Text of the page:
Selections from Go! Go! Tomocchi!

Omotemon Bashi: The Bridge to Dejima

25Apr 2017 tomocchi

Hello! It’s Tomocchi

The other day, Dejima was connected to the mainland by a bridge for the first time in 130 years!!

 

 

During the Japanese period of national isolation 370 years ago this man-made, fan-shaped island called “Dejima” was the only place in Japan to be opened to the West. And the only way to enter the island was over a single bridge attached to the opposite bank. That bridge was about 4.5 meters long.

 

 

All the newest people, goods, and culture that flowed through Dejima had to cross that bridge to reach Edo (modern-day Tokyo) or any other part of the country.

 

 

In the Meiji era that came later (in the latter half of the 1800s), Dejima ceased to be used as a place of importation, the surrounding area was also reclaimed and built up. Dejima became just another part of the city so the bridge was demolished…

 

 

 

 

On February 27th, 2017 a new bridge was placed in the same spot where the Edo Period bridge was after 130 years of absence!

 

 

The new bridge is about 38 meters long and weights around 50 tons!

Due to construction and other work since the Meiji Era the whole area around Dejima has changed, including the width of the river separating it from the main land. Because of this they couldn’t remake the bridge out of stone, but rather had to use metal.

 

 

In order to protect Dejima, which is an historic relic of the country, they decided not to build a foundation of support on the island. Instead, using the principle of leverage, the bridge will balance and be supported only from the side of the bridge on the opposite bank. Isn’t that amazing?! (゚д゚)

Below is my report of the night before that gigantic bridge was set in place. I followed it on its short but painstaking journey to the placement site.

 

 

 

 

The bridge was made at Oshima Shipyard in Saikai city then transported by sea to Nagasaki city’s Seaside Park. From there it was slowly and carefully transported 800 meters on a trailer from the park, past the Prefectural Art Museum and the Nagasaki Customs Office all the way to the Kencho Ura Road (the road behind the prefectural office).

The nervousness of the workers transporting the bridge mingled in the air with the excitement of the onlookers and it made for a tense atmosphere.

 

 

 

 

 

IT’S ENORMOUS!!

It sticks over both sides of the road!! Above is the bridge being carried slowly on a 24-wheel trailer (or dolly). The sound of this heavy machinery really packs a punch!!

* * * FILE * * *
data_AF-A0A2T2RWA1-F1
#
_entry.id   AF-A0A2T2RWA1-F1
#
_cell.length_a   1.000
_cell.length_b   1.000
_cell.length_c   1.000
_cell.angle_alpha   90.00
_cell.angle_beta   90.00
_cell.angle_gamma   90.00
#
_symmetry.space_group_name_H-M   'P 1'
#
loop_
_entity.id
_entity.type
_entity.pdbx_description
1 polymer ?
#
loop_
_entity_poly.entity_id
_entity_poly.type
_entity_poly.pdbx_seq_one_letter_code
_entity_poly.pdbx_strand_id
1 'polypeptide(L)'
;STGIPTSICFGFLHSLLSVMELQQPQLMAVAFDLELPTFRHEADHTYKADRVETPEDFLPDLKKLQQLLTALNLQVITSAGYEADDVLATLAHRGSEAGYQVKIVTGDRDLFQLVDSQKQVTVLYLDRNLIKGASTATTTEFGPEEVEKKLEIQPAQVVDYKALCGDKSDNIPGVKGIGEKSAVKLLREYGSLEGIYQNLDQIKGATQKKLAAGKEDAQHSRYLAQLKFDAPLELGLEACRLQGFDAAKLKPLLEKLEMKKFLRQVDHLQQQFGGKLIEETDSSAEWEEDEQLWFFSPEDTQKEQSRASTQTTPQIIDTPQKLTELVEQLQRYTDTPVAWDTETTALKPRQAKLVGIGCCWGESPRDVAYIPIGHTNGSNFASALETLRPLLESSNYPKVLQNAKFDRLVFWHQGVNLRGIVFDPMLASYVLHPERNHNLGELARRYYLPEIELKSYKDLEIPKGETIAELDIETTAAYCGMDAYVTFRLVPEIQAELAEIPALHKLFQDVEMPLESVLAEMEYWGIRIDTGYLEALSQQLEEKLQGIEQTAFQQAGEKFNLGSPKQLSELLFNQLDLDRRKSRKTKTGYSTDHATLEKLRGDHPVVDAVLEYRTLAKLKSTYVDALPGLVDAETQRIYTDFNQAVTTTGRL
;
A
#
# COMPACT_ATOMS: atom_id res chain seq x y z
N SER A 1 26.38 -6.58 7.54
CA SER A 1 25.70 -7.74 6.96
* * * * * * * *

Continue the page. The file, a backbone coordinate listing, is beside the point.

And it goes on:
It took about an hour for the truck to arrive at the site for the bridge. In the picture above you can see the bridge being lifted by a 550-ton crane!! Seeing a 38 meter, 50-ton bridge suspended in midair is so intense!!

It was placed next to the site of the bridge, left to wait for the placement event scheduled for the morning of the 27th.

 

 

 

 

 

Monday, February 27th, the day of the placing of the bridge.

The event began at 8:30 in the morning at Dejima and before you knew it the commemorative plates, castella, and coffee reserved for the first 200 guests was gone.

Then at 10am the placing of the bridge began!! The time has finally come!!

And with the coordinating shouts of the workers the 550-ton crane holding the bridge began to creep to motion.

 

 

 

 

 

“It’s going up!!”

Applause from the huge crowd and the cheers from the children help push the bridge into motion in this historic moment. As if the crane actually hears the cheers from the crowd it takes the bridge slowly towards Dejima.

 

 

 

 

“Today’s a special day!” remark some ladies in traditional kimono, bringing a bit of extra color to the event.

 

 

 

 

 

In the midst of all the excitement, the bridge takes about 15 minutes to get into place.

It weighs as much as 10 elephants! (lol)

Speaking of elephants, the one that went to the Japanese capital during the Edo period must have passed over the old bridge right here ☆ (I wish I could see one pass through here again ♪)

 

 

 

 

Standing on Dejima, I watched the outside world (the opposite side of the bank) from the same perspective of those that lived here so long ago. This is the beginning of Dejima’s new history (´∀`)♪

 

 

 

 

 

Before noon the wires from the crane were removed and the placement of the bridge was complete.

Visitors will actually be able to cross the bridge to Dejima when the placement is completely finished. The date set for that is November 24th of this year.

Also there is to be a charming little park made on the opposite bank of Dejima where the bridge connects.

At night it’ll all be lit up and be a great place for couples to stroll!

It’ll be made into a space where you can enjoy events like Nagasaki Kunchi from a stepped terrace with Dejima in the background.

There are lots of developments coming up so keep your eye on Dejima!!